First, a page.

Student Government debates resolution declaring campus ‘mental health crisis’

London Gibson

Student Government called on multiple state- and University-level entities, including the Counseling and Mental Health Center, for aid in solving what they described as a mental health crisis on campus during a meeting Tuesday night.

Members of SG and the Graduate Student Assembly formed Joint Resolution 4 declaring the crisis due to lack of funding for counseling services and the high demand for counseling. The resolution requests that the Student Services Budget Committee, which allots 90 percent of the counseling center’s budget, reevaluate funds to prioritize free services and increase the number of counselors.

Currently, UT is one of two of the top 10 largest public universities in the state that charges for counseling, with charges set at $10 per session. The other, the University of Houston, declared a mental health crisis earlier this semester.

“This is a really prevalent problem, and it needs to be dealt with,” said Justin Ahamed, resolution co-author and neuroscience junior. “There’s a limitation to what (the counseling center) can do with the resources they have, and I don’t think that there should be, especially when so many universities … are able to provide more services and without a charge.”

Despite nationwide demand for counseling services increasing by 55.1 percent between 2005 and 2014, the majority of 529 university and college counseling centers had operating budgets that stayed the same, according to the Association for University and College Counseling Center Directors.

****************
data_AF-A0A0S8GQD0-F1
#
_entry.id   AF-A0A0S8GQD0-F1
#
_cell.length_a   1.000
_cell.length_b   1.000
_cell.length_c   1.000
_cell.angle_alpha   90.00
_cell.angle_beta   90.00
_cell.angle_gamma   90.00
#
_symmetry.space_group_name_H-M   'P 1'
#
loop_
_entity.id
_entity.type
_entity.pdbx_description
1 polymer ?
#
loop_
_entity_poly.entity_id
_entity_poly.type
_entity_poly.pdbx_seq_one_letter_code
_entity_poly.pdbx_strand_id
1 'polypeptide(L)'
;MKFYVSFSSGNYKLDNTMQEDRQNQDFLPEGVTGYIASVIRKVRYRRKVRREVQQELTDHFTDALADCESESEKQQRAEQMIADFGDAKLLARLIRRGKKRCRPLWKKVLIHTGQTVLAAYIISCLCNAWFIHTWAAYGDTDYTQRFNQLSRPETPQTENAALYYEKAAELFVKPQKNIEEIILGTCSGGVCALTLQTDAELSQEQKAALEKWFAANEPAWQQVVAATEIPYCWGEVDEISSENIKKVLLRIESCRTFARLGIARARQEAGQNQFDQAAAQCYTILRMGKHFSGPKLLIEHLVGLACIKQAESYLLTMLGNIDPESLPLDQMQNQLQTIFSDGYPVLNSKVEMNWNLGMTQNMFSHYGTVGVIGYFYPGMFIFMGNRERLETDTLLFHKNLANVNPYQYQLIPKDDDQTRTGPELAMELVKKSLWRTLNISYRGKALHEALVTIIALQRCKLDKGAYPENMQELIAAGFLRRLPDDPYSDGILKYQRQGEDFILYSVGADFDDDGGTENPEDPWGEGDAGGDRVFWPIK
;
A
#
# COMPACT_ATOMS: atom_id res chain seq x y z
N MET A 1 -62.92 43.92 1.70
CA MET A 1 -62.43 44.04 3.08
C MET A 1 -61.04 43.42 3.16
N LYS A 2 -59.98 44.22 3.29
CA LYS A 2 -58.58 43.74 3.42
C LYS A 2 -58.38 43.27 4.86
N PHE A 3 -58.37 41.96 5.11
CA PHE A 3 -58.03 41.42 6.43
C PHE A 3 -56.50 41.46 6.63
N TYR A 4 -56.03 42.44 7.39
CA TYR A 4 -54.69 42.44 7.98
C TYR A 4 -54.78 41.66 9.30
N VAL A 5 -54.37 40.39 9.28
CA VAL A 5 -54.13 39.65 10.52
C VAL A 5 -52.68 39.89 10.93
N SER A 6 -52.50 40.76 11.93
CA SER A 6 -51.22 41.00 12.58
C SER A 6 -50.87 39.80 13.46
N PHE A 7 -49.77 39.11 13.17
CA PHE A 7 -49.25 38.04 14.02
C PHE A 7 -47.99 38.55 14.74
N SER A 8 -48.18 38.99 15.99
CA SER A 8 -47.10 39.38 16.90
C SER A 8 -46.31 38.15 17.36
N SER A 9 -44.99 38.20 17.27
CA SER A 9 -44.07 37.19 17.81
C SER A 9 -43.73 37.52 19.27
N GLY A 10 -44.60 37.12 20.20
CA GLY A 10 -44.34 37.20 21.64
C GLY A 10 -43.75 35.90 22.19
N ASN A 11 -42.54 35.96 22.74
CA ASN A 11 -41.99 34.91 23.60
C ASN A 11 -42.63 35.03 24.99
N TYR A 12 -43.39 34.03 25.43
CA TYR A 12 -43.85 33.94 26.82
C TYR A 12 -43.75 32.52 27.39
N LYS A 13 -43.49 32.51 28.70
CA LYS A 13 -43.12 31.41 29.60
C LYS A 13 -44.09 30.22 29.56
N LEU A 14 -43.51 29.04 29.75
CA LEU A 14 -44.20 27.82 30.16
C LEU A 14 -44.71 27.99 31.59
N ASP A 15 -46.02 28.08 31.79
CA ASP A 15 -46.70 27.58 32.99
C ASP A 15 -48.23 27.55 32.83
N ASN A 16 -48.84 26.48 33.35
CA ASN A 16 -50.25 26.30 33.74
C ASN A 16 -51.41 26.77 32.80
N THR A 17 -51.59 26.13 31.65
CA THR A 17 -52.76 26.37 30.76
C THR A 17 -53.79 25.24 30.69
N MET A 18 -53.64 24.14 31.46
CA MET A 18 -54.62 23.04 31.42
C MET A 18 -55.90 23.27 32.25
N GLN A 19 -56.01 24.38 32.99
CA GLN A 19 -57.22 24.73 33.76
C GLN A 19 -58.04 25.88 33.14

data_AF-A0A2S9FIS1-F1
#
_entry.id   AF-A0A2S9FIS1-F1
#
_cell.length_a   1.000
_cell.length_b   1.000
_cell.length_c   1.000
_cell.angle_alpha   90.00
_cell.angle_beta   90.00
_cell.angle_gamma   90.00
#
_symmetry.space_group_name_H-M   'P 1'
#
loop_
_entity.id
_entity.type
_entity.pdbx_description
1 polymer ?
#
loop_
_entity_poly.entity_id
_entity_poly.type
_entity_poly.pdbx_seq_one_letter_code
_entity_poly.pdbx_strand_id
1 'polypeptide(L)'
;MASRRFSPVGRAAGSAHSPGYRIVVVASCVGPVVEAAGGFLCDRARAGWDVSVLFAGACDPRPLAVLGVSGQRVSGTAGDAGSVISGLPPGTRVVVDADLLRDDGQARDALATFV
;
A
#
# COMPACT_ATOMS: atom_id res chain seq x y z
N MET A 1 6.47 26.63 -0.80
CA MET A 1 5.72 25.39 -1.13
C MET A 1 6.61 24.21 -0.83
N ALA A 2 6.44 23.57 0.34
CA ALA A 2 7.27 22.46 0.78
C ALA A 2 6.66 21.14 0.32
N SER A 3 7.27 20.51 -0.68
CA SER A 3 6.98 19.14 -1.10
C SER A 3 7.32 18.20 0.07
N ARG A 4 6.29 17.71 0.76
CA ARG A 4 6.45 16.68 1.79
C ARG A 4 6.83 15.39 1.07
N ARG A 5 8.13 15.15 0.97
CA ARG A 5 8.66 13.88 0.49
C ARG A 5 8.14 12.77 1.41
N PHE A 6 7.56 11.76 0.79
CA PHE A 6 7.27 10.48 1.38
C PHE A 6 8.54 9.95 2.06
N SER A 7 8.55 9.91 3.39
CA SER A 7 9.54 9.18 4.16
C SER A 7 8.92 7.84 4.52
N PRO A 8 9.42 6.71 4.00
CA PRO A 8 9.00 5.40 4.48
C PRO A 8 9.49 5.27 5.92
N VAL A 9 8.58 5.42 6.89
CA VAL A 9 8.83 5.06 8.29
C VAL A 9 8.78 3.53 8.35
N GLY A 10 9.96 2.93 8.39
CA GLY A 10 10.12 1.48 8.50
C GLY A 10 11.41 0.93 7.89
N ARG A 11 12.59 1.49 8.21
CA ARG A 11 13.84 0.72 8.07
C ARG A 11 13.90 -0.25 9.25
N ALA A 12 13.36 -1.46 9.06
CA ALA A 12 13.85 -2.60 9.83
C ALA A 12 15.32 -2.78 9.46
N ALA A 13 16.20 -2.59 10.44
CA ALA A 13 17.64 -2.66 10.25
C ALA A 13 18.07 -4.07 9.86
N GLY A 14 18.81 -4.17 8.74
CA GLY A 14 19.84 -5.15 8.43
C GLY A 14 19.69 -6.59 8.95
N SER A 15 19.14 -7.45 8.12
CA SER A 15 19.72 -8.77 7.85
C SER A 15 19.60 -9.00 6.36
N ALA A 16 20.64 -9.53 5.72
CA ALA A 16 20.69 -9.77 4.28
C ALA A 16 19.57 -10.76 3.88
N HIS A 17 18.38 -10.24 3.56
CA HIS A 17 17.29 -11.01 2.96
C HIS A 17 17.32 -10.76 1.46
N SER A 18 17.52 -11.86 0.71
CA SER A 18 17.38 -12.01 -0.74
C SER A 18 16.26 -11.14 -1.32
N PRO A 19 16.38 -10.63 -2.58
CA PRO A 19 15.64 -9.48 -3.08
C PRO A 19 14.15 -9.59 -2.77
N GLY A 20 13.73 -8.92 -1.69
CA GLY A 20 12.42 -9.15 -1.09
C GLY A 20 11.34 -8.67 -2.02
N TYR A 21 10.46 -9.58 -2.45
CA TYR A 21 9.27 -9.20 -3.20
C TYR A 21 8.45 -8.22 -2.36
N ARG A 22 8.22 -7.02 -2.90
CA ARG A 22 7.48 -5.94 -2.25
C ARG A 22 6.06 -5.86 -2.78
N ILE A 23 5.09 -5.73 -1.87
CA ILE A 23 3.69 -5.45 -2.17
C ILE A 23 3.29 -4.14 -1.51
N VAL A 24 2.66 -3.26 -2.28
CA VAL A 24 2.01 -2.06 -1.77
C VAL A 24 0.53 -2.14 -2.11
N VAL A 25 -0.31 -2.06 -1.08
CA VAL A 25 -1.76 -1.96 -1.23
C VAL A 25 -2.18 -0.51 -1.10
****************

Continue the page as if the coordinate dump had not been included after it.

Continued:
UT’s own counseling center has seen a 53 percent increase in student interest in counseling and an 81 percent increase in the number of counseling sessions in the past six years, CMHC director Chris Brownson told The Daily Texan in October.

Eric Saldanha, SG internal financial director and government senior, expressed concern during the meeting that the term “mental health crisis” was misleading.

“I think it’s a disservice to CMHC to call it a crisis at the University,” Saldanha said. “When this passes, imagine what the response is going to be on campus … I do think this is going incite a level of panic that I don’t think the CMHC deserves.”

The University of Houston may have initiated the chain when its student government declared a mental health crisis earlier this semester, but UT hopes to continue the trend by passing on the resolution to other student governments in the state.

“We recognize this is not just the University of Texas — it’s competitive campuses all across the country,” resolution co-author Madison Huerta said. “Any awareness that we can raise around an issue like mental health … the more pressure we’re going to be able to put on our legislatures at a state level and a federal level.”

Business senior Huerta said even though the $10 fee for a counseling session is not much, it is still costly for some students, and she hopes the resolution will pressure administration to better fund mental health issues.

“We think we should re-look at our funds, and how we’re using them and figure out how … we can offer (free counseling) to our students,” Huerta said. “It should be something that you can just go to and you don’t have to jump through hoops to get.”

The resolution was referred to the Student Affairs Committee for further discussion.